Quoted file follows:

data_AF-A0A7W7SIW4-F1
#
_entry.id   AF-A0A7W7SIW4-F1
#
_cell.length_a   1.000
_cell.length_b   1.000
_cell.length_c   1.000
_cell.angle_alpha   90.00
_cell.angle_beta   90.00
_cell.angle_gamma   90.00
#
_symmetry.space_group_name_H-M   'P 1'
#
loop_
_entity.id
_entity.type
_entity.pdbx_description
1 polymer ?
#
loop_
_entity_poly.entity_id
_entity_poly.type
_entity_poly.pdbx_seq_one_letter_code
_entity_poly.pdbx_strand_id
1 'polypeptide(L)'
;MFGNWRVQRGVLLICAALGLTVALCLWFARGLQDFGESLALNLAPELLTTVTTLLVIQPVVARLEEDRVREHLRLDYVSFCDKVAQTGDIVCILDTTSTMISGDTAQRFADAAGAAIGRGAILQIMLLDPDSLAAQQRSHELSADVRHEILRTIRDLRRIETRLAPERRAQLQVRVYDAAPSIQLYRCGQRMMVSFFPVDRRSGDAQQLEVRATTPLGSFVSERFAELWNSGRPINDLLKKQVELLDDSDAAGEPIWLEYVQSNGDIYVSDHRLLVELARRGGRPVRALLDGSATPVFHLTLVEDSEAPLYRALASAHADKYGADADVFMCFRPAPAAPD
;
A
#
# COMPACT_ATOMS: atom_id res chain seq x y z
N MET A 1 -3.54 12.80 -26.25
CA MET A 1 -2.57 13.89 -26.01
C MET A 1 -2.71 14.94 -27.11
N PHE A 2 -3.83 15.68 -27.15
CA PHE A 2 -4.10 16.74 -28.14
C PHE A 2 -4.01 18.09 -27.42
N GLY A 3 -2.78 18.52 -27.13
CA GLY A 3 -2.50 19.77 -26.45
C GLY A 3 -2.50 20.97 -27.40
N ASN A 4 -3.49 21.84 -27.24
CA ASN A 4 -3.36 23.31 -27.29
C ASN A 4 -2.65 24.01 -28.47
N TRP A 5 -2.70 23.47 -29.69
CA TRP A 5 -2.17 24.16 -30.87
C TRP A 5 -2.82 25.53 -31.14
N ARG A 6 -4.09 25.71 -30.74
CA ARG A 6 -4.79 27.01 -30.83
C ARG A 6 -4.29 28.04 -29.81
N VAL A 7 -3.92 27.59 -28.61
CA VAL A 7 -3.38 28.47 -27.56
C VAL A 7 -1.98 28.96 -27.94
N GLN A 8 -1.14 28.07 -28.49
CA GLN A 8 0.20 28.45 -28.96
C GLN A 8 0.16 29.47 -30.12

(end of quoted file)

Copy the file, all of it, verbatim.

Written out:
data_AF-A0A7W7SIW4-F1
#
_entry.id   AF-A0A7W7SIW4-F1
#
_cell.length_a   1.000
_cell.length_b   1.000
_cell.length_c   1.000
_cell.angle_alpha   90.00
_cell.angle_beta   90.00
_cell.angle_gamma   90.00
#
_symmetry.space_group_name_H-M   'P 1'
#
loop_
_entity.id
_entity.type
_entity.pdbx_description
1 polymer ?
#
loop_
_entity_poly.entity_id
_entity_poly.type
_entity_poly.pdbx_seq_one_letter_code
_entity_poly.pdbx_strand_id
1 'polypeptide(L)'
;MFGNWRVQRGVLLICAALGLTVALCLWFARGLQDFGESLALNLAPELLTTVTTLLVIQPVVARLEEDRVREHLRLDYVSFCDKVAQTGDIVCILDTTSTMISGDTAQRFADAAGAAIGRGAILQIMLLDPDSLAAQQRSHELSADVRHEILRTIRDLRRIETRLAPERRAQLQVRVYDAAPSIQLYRCGQRMMVSFFPVDRRSGDAQQLEVRATTPLGSFVSERFAELWNSGRPINDLLKKQVELLDDSDAAGEPIWLEYVQSNGDIYVSDHRLLVELARRGGRPVRALLDGSATPVFHLTLVEDSEAPLYRALASAHADKYGADADVFMCFRPAPAAPD
;
A
#
# COMPACT_ATOMS: atom_id res chain seq x y z
N MET A 1 -3.54 12.80 -26.25
CA MET A 1 -2.57 13.89 -26.01
C MET A 1 -2.71 14.94 -27.11
N PHE A 2 -3.83 15.68 -27.15
CA PHE A 2 -4.10 16.74 -28.14
C PHE A 2 -4.01 18.09 -27.42
N GLY A 3 -2.78 18.52 -27.13
CA GLY A 3 -2.50 19.77 -26.45
C GLY A 3 -2.50 20.97 -27.40
N ASN A 4 -3.49 21.84 -27.24
CA ASN A 4 -3.36 23.31 -27.29
C ASN A 4 -2.65 24.01 -28.47
N TRP A 5 -2.70 23.47 -29.69
CA TRP A 5 -2.17 24.16 -30.87
C TRP A 5 -2.82 25.53 -31.14
N ARG A 6 -4.09 25.71 -30.74
CA ARG A 6 -4.79 27.01 -30.83
C ARG A 6 -4.29 28.04 -29.81
N VAL A 7 -3.92 27.59 -28.61
CA VAL A 7 -3.38 28.47 -27.56
C VAL A 7 -1.98 28.96 -27.94
N GLN A 8 -1.14 28.07 -28.49
CA GLN A 8 0.20 28.45 -28.96
C GLN A 8 0.16 29.47 -30.12